Are you easily distracted by things you see or hear?

Do you struggle to get a handle on clutter? Does your personal space get messy with piles of papers and miscellaneous items?

Do you find it hard to do things that aren't necessary or highly stimulating?

Do you have difficulty figuring out what is most important or what you should start with given a list of things to do?

Do you say “I will do it later” and then forget all about it?

Do you become absorbed in things or tasks that interest you—sometimes to the point of forgetting about people around you or other obligations?

Do you forget appointments and do you typically run late?

Do you have trouble completing multiple-step tasks and moving from one task to another?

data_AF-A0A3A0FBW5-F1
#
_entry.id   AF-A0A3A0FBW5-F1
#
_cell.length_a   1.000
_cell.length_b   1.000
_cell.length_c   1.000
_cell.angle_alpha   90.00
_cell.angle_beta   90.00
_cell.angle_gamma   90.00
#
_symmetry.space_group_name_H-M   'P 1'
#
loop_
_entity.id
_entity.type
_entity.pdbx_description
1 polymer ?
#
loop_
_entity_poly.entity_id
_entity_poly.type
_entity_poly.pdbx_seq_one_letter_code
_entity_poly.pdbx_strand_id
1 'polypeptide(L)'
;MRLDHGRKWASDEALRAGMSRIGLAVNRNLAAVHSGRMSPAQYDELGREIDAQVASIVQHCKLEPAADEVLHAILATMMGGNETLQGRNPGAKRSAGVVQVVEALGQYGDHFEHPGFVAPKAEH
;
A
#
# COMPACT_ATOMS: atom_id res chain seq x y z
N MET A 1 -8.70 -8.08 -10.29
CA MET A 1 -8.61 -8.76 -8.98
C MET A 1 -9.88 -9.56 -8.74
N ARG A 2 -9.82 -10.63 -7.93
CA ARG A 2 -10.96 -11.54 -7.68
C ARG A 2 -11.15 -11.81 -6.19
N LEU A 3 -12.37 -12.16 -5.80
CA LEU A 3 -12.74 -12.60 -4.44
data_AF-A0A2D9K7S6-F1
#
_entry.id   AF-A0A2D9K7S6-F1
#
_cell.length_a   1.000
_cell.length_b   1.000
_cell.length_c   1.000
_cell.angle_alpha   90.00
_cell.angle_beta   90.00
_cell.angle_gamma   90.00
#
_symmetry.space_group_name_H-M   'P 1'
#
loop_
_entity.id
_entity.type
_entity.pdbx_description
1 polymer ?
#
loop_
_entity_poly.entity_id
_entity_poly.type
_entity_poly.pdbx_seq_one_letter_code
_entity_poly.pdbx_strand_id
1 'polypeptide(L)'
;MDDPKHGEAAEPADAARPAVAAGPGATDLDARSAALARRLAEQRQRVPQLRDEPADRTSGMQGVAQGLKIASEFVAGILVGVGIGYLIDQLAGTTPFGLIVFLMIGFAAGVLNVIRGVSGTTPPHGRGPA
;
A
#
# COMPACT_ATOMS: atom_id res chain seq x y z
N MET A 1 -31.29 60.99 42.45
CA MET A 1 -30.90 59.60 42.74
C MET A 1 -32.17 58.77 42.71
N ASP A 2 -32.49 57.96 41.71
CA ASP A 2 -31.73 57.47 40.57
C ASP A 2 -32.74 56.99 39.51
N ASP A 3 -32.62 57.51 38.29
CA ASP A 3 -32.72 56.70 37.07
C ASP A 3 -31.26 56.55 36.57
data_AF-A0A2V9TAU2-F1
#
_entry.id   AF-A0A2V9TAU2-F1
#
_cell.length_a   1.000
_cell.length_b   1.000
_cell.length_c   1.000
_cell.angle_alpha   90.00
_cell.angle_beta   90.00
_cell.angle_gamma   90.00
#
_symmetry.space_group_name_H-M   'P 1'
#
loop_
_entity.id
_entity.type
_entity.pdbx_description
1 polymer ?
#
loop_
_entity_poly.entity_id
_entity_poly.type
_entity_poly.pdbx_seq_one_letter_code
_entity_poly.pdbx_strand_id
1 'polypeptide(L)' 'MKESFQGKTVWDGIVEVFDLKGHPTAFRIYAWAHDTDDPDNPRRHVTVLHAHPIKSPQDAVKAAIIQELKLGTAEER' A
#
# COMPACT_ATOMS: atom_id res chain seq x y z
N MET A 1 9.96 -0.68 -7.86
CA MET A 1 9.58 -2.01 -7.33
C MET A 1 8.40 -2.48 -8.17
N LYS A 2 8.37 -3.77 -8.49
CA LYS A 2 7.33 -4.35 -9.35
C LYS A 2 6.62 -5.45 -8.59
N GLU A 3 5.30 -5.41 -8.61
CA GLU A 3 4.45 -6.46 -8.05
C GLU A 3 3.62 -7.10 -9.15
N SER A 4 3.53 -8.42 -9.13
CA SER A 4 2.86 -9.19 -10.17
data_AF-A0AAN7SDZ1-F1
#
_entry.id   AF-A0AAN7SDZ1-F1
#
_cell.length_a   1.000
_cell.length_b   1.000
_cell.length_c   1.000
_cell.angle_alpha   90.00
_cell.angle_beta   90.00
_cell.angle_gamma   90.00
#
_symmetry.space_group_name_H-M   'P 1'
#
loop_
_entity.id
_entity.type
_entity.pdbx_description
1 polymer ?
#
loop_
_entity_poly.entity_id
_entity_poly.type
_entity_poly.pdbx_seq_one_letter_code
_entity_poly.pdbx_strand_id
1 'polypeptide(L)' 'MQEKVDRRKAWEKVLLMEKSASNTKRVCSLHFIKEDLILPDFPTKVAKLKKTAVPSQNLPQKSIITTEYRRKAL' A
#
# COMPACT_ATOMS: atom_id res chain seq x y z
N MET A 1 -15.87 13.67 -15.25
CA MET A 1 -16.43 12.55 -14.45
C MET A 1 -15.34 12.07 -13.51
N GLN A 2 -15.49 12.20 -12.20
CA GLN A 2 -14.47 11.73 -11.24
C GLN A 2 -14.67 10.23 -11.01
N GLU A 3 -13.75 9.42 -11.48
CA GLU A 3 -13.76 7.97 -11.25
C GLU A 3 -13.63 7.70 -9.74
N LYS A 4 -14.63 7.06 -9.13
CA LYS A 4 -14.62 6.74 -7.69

Do you forget things, even when they are important to you?

Do you have trouble following conversations because you are distracted or because you are trying to remember what you wanted to say?

Do you waste time trying to decide what to do first?

Do you let go of anger as quickly as it came?

(Optional) Would you like to receive your executive function disorder symptom test results — plus more helpful resources — via email from ADDitude?

Can’t see the self-test questions above? Click here to open this test in a new window.

Executive Dysfunction in Adults: Next Steps

1. Take This Test: ADHD Symptoms in Adults
2. Take This Test: Do You Have a Working Memory Deficit?
3. Research Treatments for Executive Dysfunction
4. Read Executive Dysfunction, Explained!
5. Take This Test: Do You Have Emotional Hyperarousal?
6. Download Is It Executive Function Disorder?

32 Comments & Reviews

  1. This is my sons 100%….and I don’t know what to do about it….I have ADHD myself, but it wasn’t devastating to my life until after giving birth to my sons….but my two sons…I used to describe it as a failure to want to thrive…still now…that’s how I describe it…and they are now 16 and 20!